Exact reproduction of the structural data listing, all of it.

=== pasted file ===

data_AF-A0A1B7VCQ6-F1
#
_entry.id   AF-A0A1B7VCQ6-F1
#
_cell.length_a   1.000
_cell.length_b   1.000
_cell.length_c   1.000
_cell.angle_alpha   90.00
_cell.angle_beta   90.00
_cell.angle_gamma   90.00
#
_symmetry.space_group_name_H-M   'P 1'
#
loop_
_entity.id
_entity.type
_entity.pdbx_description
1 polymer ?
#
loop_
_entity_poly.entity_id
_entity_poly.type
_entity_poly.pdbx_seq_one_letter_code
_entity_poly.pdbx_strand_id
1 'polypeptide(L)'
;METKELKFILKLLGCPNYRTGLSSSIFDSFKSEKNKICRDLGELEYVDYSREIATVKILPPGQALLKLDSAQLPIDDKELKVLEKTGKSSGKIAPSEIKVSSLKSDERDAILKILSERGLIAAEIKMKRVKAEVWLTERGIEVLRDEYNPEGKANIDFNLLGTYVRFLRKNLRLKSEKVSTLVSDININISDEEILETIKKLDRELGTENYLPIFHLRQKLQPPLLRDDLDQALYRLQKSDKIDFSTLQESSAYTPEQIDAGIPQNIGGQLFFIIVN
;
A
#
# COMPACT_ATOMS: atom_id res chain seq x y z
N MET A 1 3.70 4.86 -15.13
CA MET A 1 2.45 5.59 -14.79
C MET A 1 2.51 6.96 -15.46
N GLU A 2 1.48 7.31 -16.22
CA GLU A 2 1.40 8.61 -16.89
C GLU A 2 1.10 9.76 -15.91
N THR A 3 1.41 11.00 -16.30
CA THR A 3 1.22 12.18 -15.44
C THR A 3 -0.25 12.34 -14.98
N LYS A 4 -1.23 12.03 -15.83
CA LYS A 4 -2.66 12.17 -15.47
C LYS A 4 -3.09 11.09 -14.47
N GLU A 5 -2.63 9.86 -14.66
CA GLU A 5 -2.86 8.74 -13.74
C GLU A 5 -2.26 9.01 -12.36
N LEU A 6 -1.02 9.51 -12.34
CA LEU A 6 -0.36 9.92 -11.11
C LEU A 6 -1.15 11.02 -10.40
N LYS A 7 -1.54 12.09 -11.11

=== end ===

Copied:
data_AF-A0A1B7VCQ6-F1
#
_entry.id   AF-A0A1B7VCQ6-F1
#
_cell.length_a   1.000
_cell.length_b   1.000
_cell.length_c   1.000
_cell.angle_alpha   90.00
_cell.angle_beta   90.00
_cell.angle_gamma   90.00
#
_symmetry.space_group_name_H-M   'P 1'
#
loop_
_entity.id
_entity.type
_entity.pdbx_description
1 polymer ?
#
loop_
_entity_poly.entity_id
_entity_poly.type
_entity_poly.pdbx_seq_one_letter_code
_entity_poly.pdbx_strand_id
1 'polypeptide(L)'
;METKELKFILKLLGCPNYRTGLSSSIFDSFKSEKNKICRDLGELEYVDYSREIATVKILPPGQALLKLDSAQLPIDDKELKVLEKTGKSSGKIAPSEIKVSSLKSDERDAILKILSERGLIAAEIKMKRVKAEVWLTERGIEVLRDEYNPEGKANIDFNLLGTYVRFLRKNLRLKSEKVSTLVSDININISDEEILETIKKLDRELGTENYLPIFHLRQKLQPPLLRDDLDQALYRLQKSDKIDFSTLQESSAYTPEQIDAGIPQNIGGQLFFIIVN
;
A
#
# COMPACT_ATOMS: atom_id res chain seq x y z
N MET A 1 3.70 4.86 -15.13
CA MET A 1 2.45 5.59 -14.79
C MET A 1 2.51 6.96 -15.46
N GLU A 2 1.48 7.31 -16.22
CA GLU A 2 1.40 8.61 -16.89
C GLU A 2 1.10 9.76 -15.91
N THR A 3 1.41 11.00 -16.30
CA THR A 3 1.22 12.18 -15.44
C THR A 3 -0.25 12.34 -14.98
N LYS A 4 -1.23 12.03 -15.83
CA LYS A 4 -2.66 12.17 -15.47
C LYS A 4 -3.09 11.09 -14.47
N GLU A 5 -2.63 9.86 -14.66
CA GLU A 5 -2.86 8.74 -13.74
C GLU A 5 -2.26 9.01 -12.36
N LEU A 6 -1.02 9.51 -12.34
CA LEU A 6 -0.36 9.92 -11.11
C LEU A 6 -1.15 11.02 -10.40
N LYS A 7 -1.54 12.09 -11.11